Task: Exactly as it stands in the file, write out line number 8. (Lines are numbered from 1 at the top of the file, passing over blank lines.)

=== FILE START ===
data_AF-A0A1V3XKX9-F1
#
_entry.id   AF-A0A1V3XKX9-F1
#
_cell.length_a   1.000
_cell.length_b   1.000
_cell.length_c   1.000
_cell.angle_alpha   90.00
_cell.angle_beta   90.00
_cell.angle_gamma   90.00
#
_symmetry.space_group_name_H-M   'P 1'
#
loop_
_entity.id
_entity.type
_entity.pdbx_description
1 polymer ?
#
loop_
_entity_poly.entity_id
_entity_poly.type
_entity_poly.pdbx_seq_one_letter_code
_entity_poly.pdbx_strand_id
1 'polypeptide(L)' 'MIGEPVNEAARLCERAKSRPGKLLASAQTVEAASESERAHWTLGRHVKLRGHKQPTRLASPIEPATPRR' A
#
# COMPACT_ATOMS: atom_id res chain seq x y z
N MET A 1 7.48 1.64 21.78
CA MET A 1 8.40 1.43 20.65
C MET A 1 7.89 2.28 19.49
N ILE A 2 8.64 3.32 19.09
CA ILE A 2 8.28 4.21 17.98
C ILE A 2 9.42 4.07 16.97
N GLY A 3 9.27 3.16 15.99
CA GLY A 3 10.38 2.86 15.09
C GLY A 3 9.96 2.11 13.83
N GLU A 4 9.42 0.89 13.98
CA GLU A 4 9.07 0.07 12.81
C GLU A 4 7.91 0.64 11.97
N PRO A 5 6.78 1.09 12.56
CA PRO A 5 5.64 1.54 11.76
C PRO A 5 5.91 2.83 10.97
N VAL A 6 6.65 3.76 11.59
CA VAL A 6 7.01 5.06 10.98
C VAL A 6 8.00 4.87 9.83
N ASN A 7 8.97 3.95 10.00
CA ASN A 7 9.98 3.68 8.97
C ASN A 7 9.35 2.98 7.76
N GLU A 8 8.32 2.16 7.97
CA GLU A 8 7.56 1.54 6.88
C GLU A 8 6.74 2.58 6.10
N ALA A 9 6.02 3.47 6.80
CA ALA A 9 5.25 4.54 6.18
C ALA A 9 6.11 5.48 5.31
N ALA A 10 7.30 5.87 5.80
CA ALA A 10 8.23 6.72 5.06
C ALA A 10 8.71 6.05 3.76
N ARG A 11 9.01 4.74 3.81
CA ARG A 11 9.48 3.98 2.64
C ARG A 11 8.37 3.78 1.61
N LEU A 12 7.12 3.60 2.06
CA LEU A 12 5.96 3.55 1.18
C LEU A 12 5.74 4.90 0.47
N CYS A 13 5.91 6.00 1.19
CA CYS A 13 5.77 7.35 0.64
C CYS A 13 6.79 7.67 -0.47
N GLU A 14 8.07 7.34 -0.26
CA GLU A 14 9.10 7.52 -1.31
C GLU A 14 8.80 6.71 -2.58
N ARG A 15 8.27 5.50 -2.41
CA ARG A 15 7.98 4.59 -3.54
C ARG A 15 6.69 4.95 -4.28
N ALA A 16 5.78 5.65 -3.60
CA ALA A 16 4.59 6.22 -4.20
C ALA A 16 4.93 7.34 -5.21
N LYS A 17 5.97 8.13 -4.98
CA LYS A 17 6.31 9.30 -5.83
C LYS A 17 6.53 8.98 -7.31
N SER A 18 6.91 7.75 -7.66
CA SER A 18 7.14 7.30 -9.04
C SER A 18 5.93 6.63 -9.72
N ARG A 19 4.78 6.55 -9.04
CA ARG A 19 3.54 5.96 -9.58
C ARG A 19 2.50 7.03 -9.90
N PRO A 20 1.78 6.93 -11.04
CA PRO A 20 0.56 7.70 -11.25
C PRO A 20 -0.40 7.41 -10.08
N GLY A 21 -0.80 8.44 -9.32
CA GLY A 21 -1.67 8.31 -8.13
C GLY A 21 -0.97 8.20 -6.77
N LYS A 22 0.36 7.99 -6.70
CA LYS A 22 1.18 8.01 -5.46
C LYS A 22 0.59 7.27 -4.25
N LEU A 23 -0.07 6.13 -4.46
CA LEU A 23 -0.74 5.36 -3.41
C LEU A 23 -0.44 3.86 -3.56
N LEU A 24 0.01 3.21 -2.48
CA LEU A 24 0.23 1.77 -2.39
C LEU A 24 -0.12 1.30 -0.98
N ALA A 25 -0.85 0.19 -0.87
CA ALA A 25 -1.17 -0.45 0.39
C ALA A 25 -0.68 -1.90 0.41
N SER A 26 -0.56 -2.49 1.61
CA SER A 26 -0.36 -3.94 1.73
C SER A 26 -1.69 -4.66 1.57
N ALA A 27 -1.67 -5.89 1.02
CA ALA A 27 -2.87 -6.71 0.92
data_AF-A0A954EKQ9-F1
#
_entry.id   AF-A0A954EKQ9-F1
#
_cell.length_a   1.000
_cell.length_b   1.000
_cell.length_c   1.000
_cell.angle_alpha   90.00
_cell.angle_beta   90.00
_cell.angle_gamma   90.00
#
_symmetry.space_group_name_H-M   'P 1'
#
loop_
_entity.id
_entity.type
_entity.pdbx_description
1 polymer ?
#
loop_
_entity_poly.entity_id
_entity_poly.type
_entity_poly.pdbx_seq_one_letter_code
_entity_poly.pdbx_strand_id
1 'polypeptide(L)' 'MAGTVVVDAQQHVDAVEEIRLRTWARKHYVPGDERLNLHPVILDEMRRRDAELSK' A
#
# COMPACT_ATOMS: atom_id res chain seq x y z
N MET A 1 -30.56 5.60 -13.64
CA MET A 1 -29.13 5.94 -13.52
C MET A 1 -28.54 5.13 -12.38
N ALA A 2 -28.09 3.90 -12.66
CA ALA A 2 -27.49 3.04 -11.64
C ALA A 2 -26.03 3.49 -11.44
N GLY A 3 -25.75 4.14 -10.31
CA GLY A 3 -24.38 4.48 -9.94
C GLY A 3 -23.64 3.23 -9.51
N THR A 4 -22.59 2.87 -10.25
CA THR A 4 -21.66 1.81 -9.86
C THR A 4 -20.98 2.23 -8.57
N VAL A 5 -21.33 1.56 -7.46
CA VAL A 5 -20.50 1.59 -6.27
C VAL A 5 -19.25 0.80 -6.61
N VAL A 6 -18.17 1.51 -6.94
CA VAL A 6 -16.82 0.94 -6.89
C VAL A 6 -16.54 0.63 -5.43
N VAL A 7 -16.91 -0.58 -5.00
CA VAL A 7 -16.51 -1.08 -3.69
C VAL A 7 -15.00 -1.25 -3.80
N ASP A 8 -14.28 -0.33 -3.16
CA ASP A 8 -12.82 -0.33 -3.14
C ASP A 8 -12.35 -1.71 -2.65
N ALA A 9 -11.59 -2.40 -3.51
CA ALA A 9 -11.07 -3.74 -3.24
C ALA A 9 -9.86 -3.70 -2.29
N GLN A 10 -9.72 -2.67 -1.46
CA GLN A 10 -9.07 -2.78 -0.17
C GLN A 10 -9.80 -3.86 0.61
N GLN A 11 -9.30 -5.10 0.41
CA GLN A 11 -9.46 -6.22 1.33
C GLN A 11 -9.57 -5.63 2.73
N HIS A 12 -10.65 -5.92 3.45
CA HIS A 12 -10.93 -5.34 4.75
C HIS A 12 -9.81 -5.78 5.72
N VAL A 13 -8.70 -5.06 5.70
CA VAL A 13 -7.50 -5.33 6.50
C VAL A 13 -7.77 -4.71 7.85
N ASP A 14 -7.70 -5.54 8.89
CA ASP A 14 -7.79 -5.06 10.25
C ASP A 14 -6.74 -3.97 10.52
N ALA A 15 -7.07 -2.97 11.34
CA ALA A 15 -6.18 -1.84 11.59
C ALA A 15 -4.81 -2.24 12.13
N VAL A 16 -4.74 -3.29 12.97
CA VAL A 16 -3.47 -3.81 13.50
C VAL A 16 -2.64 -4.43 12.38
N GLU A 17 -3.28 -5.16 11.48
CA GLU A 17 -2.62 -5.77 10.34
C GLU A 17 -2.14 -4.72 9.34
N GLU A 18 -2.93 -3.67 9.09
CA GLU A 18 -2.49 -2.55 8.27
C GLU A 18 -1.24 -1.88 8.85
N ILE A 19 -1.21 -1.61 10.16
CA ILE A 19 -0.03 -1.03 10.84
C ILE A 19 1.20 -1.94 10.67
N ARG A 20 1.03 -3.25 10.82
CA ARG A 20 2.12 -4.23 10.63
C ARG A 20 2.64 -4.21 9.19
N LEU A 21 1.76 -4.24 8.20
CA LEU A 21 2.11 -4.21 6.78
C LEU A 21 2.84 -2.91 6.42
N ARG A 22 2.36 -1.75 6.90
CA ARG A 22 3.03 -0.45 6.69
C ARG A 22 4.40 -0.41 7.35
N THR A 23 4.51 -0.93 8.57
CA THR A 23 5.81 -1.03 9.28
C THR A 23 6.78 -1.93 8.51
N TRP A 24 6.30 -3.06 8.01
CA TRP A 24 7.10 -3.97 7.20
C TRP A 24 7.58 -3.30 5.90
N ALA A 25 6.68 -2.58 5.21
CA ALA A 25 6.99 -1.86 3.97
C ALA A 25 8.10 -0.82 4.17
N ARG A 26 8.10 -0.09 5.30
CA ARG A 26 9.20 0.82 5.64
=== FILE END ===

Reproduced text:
_cell.angle_alpha   90.00